This is extremely strange (and perhaps insecure behavior) so please bear with me as I try and explain this. I've been debugging this for hours and can't figure out why Github API is acting this way to my RESTful API requests.

I am authenticating my app with Github oAuth API. When a user successfully authenticates their github account, I get an access_token for the user based on the scopes requested... No problem, standard oAuth behavior (https://developer.github.com/v3/oauth/#web-application-flow).

Then, with every subsequent API call, I attach the access token to the HTTP Authorization header like so:

Authorization: 'token abcdefghijklmnopqrstuvwxyz123456789abcde'

The action I'm trying to perform with the access_token is adding a Public Key to the user's account, and everything seems to be just fine: https://developer.github.com/v3/users/keys/#create-a-public-key

Now, the weirdness happens when doing this with 2 user accounts. If I have 2 users, let's say, Alice and Bob.

Alice logs into the app with github, is given an access_token 'aaa' and my app is able to successfully add a public key to her account by using the 'aaa' access_token in the Authorization header.

I log out of the app as Alice and log in as Bob using Bob's github credentials. The auth is successful and Github provides Bob an access_token 'bbb'. However, when trying to add the public key to Bob's account I get a "key is already in use" error, even though Bob does not have ANY public keys in his account.

However, by using Bob's access_token 'bbb' for other API requests, such as listing private repositories and organizations, Github returns Bob's data. It seems that when creating a public key in his account, Github is still associating Bob's access_token 'bbb' with Alice's public keys.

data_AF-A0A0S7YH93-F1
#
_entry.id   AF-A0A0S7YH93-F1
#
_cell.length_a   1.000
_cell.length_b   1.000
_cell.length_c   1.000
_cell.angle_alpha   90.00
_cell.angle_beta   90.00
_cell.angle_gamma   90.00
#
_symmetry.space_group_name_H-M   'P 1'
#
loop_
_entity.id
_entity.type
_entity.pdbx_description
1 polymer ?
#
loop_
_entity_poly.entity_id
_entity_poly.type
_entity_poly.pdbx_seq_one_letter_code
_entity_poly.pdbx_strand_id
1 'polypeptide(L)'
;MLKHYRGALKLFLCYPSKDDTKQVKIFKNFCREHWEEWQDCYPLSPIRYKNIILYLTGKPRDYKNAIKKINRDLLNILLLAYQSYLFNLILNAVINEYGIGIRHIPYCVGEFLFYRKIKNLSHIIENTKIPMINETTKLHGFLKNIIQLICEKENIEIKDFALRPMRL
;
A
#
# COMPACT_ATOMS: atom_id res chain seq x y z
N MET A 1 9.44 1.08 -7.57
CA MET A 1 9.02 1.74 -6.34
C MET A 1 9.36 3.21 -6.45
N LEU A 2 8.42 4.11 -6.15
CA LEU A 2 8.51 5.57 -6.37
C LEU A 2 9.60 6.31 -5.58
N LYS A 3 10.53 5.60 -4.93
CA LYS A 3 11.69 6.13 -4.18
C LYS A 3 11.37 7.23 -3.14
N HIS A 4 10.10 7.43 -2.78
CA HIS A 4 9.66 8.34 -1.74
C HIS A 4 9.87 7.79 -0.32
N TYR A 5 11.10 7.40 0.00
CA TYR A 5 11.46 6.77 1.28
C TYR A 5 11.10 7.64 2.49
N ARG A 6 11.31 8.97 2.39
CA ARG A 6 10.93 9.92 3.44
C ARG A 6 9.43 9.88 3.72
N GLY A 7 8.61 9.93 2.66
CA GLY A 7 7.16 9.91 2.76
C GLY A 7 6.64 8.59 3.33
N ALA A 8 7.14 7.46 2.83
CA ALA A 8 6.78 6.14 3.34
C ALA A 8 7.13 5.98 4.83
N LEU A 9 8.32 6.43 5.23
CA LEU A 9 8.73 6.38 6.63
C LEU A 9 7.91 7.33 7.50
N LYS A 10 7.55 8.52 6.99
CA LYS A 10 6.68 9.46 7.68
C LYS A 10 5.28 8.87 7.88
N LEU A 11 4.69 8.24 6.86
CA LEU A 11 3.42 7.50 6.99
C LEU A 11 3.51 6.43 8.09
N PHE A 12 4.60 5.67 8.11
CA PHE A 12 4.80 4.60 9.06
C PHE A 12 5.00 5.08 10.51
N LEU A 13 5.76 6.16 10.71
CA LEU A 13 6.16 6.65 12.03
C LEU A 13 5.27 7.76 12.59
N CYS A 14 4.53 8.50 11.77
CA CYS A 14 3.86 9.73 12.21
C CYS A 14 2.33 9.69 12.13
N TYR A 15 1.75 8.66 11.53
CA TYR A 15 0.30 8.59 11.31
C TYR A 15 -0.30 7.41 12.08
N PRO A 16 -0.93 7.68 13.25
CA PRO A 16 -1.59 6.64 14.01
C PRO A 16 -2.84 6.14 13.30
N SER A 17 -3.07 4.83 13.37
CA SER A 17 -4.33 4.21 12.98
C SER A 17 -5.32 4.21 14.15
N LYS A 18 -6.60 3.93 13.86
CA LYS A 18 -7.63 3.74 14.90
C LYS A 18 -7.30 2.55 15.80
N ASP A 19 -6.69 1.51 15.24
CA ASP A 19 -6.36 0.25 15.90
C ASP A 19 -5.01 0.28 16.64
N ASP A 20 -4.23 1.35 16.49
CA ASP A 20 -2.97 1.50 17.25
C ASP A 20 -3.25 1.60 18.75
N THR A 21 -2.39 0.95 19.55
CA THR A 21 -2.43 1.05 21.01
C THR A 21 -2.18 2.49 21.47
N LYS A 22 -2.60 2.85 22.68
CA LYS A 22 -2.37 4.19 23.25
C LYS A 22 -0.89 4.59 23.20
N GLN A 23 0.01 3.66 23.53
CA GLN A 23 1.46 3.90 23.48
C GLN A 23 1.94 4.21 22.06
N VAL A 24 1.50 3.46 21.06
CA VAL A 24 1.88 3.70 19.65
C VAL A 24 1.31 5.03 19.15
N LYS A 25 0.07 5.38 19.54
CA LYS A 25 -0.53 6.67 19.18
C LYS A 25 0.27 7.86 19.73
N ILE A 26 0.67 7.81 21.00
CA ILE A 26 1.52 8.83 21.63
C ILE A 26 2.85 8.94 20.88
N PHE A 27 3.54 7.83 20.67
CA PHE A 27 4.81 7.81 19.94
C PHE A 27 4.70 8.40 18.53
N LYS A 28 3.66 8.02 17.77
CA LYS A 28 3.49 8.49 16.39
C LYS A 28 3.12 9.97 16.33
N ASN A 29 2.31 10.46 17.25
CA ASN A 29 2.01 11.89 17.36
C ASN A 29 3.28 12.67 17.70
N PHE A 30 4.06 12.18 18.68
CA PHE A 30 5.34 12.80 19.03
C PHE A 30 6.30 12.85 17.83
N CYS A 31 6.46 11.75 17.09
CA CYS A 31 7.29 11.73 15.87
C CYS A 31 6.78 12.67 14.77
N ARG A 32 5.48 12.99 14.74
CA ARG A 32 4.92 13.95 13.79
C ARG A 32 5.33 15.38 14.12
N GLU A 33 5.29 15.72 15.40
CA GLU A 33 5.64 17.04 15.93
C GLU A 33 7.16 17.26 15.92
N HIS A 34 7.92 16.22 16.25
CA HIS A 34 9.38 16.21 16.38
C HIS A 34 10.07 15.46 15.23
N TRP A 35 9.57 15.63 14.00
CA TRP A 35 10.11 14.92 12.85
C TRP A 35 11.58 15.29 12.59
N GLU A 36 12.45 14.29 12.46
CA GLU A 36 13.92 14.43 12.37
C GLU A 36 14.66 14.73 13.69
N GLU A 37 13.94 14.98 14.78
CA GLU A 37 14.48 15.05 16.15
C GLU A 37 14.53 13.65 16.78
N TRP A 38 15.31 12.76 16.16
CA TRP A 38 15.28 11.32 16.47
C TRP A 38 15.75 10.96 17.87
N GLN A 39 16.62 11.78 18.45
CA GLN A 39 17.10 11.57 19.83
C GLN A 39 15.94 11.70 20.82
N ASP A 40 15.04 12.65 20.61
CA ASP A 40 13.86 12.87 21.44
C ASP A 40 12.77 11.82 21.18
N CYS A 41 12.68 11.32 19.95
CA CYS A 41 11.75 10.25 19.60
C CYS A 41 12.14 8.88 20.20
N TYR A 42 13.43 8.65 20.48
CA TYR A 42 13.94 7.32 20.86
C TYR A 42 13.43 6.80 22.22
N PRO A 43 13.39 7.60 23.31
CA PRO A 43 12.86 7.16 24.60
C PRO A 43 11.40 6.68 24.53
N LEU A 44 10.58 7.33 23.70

What's even stranger is that I have verified this because once I delete the public key from Alice's account, I am able to successfully login with Bob and add the public key to Bob's account, not Alice's!

I have tested this behavior in the same browser, in two different browsers on the same computer and on two different computers in two separate geographical regions of the country with the same result.

I am assuming that the access_token provided by Github will properly associate the user account that actions are to be performed against. Particularly with POST and DELETE requests where the username is not indicated in the URL like with most GET requests.

I'm sure I'm missing something, but if someone can provide some insight it'd be greatly appreciated, thanks!


This isn't related to tokens or the API at all -- it's related to SSH keys. You can't add the same SSH key to two different GitHub accounts. How would that even work? Imagine you add the same key to Alice and Bob, and then you want to use that key to perform a git push. And lets say that the push is targeting a repository for which Alice has push permission but Bob doesn't. Would you allow the push or not? You couldn't make that decision because you wouldn't be able to determine which permissions to use for authorizing the call -- Alice's or Bob's -- because the key isn't uniquely associated with a single user.

SSH keys need to be unique for users (if they are user-level keys) or repositories (if they are repository-level keys, aka deploy keys), so you need to generate a new SSH key for each user you have and not add the same one to all of your users' accounts. The error message you're getting back from the API is telling you that the key is already added to a different account. You'd see the same message if you tried adding it to that account via the Web UI.

Telling you that the key has already been added to a different account isn't really insecure because those are public keys, not private keys that you are adding to GitHub. Public keys are public, so anyone can determine what the public keys are for user X and try to add the public key from X. They'd then observe the same error you observed, but that wouldn't reduce the security of user X because the private key isn't exposed by all of this.

| improve this answer | |

Your Answer

By clicking “Post Your Answer”, you agree to our terms of service, privacy policy and cookie policy

Not the answer you're looking for? Browse other questions tagged or ask your own question.